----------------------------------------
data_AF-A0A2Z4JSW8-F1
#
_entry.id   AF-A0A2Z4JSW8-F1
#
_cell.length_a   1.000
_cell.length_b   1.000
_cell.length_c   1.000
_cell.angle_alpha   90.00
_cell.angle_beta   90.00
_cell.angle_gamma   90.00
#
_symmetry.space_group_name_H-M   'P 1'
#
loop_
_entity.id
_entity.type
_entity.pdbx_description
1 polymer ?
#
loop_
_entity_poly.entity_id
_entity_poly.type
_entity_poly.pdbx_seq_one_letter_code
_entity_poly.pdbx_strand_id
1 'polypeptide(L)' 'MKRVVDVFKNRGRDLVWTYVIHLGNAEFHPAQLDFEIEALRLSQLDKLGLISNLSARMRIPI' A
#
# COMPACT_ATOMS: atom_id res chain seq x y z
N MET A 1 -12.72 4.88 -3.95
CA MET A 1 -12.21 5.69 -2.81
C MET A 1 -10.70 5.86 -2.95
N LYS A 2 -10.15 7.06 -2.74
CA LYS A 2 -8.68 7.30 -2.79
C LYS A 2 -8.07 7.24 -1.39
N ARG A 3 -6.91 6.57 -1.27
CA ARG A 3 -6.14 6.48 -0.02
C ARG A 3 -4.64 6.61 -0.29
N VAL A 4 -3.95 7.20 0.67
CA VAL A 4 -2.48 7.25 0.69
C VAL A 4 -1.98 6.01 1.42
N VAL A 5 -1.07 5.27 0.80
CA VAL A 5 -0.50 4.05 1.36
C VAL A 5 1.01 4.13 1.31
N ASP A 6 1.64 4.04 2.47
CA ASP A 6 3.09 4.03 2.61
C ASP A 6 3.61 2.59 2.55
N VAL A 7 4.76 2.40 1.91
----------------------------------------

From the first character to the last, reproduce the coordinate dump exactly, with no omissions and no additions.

data_AF-A0A2Z4JSW8-F1
#
_entry.id   AF-A0A2Z4JSW8-F1
#
_cell.length_a   1.000
_cell.length_b   1.000
_cell.length_c   1.000
_cell.angle_alpha   90.00
_cell.angle_beta   90.00
_cell.angle_gamma   90.00
#
_symmetry.space_group_name_H-M   'P 1'
#
loop_
_entity.id
_entity.type
_entity.pdbx_description
1 polymer ?
#
loop_
_entity_poly.entity_id
_entity_poly.type
_entity_poly.pdbx_seq_one_letter_code
_entity_poly.pdbx_strand_id
1 'polypeptide(L)' 'MKRVVDVFKNRGRDLVWTYVIHLGNAEFHPAQLDFEIEALRLSQLDKLGLISNLSARMRIPI' A
#
# COMPACT_ATOMS: atom_id res chain seq x y z
N MET A 1 -12.72 4.88 -3.95
CA MET A 1 -12.21 5.69 -2.81
C MET A 1 -10.70 5.86 -2.95
N LYS A 2 -10.15 7.06 -2.74
CA LYS A 2 -8.68 7.30 -2.79
C LYS A 2 -8.07 7.24 -1.39
N ARG A 3 -6.91 6.57 -1.27
CA ARG A 3 -6.14 6.48 -0.02
C ARG A 3 -4.64 6.61 -0.29
N VAL A 4 -3.95 7.20 0.67
CA VAL A 4 -2.48 7.25 0.69
C VAL A 4 -1.98 6.01 1.42
N VAL A 5 -1.07 5.27 0.80
CA VAL A 5 -0.50 4.05 1.36
C VAL A 5 1.01 4.13 1.31
N ASP A 6 1.64 4.04 2.47
CA ASP A 6 3.09 4.03 2.61
C ASP A 6 3.61 2.59 2.55
N VAL A 7 4.76 2.40 1.91